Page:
The UN Human Rights Committee, the expert body established under the International Covenant on Civil and Political Rights to monitor compliance with this treaty, has said of the absolute prohibition of the arbitrary deprivation of life that the notion of arbitrariness must be interpreted «to include elements of inappropriateness, injustice, lack of predictability and due process of law». The FSC’s application of Hurst falls short of these elements.

All but one of Michael Zack’s claims brought in federal court were ruled as procedurally defaulted because his then lawyer was unaware of and missed the one-year deadline for filing federal petitions. The claim that he has intellectual disability – the one claim that was deemed timely – was rejected on the merits. An appeal filed in state court in late August 2023 points to «a new scientific consensus that individuals with [FAS] meet the functional criteria for intellectual disability» and claims that, as such, Michael Zack’s execution would be unconstitutional. The appeal also argues that his execution would be unconstitutional because one juror voted to spare his life.

Amnesty International opposes the death penalty unconditionally. There have been 1,575 executions in the USA since the USSC upheld new capital laws in 1976. There have been 17 executions in 2023; five of them in Florida, where there have been 104 executions since 1976. In April 2023, Governor Ron DeSantis signed legislation once again allowing death sentences to be passed by less than unanimous juries (as divided as 8-4). Governor DeSantis, a keen death penalty supporter, said that the new law would allow «proper justice to be served in the State of Florida».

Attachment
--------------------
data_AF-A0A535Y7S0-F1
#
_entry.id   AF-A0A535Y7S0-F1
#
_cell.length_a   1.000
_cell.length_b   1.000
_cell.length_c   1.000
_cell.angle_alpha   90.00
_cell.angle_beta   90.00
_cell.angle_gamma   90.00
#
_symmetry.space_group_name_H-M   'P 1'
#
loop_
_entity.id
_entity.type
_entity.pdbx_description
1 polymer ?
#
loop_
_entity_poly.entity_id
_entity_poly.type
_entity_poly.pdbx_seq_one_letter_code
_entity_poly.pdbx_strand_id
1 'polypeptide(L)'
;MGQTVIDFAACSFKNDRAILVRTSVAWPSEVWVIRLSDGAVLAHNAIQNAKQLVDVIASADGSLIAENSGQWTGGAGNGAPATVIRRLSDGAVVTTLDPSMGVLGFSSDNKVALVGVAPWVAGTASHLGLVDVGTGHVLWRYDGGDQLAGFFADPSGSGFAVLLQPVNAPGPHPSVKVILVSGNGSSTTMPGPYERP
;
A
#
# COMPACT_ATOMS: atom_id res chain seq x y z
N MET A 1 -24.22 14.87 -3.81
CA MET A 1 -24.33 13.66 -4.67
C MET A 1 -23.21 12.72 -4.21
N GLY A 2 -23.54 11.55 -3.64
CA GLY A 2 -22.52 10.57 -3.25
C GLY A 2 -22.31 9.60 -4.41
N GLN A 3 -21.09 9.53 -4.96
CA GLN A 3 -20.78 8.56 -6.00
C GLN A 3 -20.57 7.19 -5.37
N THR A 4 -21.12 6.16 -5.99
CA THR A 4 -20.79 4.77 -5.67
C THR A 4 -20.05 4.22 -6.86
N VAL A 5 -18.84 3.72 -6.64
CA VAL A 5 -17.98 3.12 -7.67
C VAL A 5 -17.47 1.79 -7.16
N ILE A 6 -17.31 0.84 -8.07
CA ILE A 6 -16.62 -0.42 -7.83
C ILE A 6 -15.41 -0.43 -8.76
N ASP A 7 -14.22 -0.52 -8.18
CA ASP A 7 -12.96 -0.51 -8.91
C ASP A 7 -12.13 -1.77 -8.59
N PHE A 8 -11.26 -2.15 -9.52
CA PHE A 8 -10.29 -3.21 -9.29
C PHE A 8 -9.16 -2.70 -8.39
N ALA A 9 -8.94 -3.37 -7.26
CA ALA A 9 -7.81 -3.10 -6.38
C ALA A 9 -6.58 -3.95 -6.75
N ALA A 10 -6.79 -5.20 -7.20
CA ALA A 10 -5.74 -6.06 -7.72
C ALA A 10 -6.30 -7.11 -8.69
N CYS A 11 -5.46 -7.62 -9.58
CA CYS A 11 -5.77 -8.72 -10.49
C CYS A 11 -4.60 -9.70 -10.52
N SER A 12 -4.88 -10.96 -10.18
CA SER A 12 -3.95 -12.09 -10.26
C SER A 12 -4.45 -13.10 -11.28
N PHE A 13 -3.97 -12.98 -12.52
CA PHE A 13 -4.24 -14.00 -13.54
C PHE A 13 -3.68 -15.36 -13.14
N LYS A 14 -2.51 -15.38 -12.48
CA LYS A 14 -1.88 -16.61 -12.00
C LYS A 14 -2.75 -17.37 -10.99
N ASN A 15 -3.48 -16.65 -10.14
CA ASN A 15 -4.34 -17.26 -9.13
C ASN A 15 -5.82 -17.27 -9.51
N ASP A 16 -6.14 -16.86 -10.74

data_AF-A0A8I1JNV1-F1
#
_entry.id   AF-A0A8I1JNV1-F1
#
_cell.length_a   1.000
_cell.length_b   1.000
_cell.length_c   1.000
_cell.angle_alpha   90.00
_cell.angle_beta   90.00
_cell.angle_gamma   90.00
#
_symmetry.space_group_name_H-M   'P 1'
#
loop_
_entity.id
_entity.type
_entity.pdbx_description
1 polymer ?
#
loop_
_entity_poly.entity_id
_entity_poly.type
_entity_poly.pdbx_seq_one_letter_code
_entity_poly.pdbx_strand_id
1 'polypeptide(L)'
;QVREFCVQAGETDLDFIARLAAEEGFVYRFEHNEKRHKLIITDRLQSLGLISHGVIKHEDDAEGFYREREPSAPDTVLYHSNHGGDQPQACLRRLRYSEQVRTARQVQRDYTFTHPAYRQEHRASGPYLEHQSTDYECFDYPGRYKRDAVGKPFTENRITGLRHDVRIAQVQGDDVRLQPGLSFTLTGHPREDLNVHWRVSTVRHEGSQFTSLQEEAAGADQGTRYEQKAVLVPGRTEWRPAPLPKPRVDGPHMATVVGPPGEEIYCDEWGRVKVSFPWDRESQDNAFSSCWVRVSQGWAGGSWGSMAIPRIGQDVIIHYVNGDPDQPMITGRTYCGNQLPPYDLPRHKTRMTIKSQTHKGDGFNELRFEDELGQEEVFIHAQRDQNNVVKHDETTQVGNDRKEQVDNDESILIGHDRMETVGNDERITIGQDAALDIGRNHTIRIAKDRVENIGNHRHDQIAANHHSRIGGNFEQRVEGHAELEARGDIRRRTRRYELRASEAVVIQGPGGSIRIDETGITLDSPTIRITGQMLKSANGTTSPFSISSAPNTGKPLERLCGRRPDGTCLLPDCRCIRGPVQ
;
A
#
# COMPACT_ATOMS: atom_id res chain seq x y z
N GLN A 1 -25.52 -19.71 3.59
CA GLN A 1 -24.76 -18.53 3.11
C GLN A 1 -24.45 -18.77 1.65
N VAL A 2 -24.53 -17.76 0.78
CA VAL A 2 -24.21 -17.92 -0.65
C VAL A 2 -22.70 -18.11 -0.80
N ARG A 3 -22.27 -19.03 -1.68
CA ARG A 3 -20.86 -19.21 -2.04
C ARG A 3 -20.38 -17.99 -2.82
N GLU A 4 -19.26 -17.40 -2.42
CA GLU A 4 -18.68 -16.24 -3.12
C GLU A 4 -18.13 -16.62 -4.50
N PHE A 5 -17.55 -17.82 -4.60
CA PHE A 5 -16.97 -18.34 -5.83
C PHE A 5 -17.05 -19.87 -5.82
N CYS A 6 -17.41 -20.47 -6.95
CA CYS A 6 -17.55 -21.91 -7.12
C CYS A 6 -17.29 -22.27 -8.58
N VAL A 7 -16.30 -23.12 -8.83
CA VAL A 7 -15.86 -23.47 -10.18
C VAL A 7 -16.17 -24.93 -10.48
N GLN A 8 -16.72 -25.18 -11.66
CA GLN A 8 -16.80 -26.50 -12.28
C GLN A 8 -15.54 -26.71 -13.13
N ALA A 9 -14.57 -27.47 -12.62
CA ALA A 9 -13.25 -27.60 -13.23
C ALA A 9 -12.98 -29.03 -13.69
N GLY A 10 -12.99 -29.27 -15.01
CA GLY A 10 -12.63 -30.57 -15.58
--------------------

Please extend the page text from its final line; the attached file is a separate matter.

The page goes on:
Take action

  • Write an appeal in your own words or use the model letter below.

  • Please take action before 3 October 2023.

  • Preferred language: English. You can also write in your own language.

Model letter

Dear Governor DeSantis

Michael Zack is due to be executed on 3 October. I am appealing for your intervention.

International law bans the execution of people with psychosocial or intellectual disabilities. Four medical experts testified that Michael Zack had Post-Traumatic Stress Disorder, Fetal Alcohol Syndrome, chronic depression, and possible brain damage. His PTSD and depression had its origins in the appalling abuse by his stepfather, and his mother’s murder when he was 11.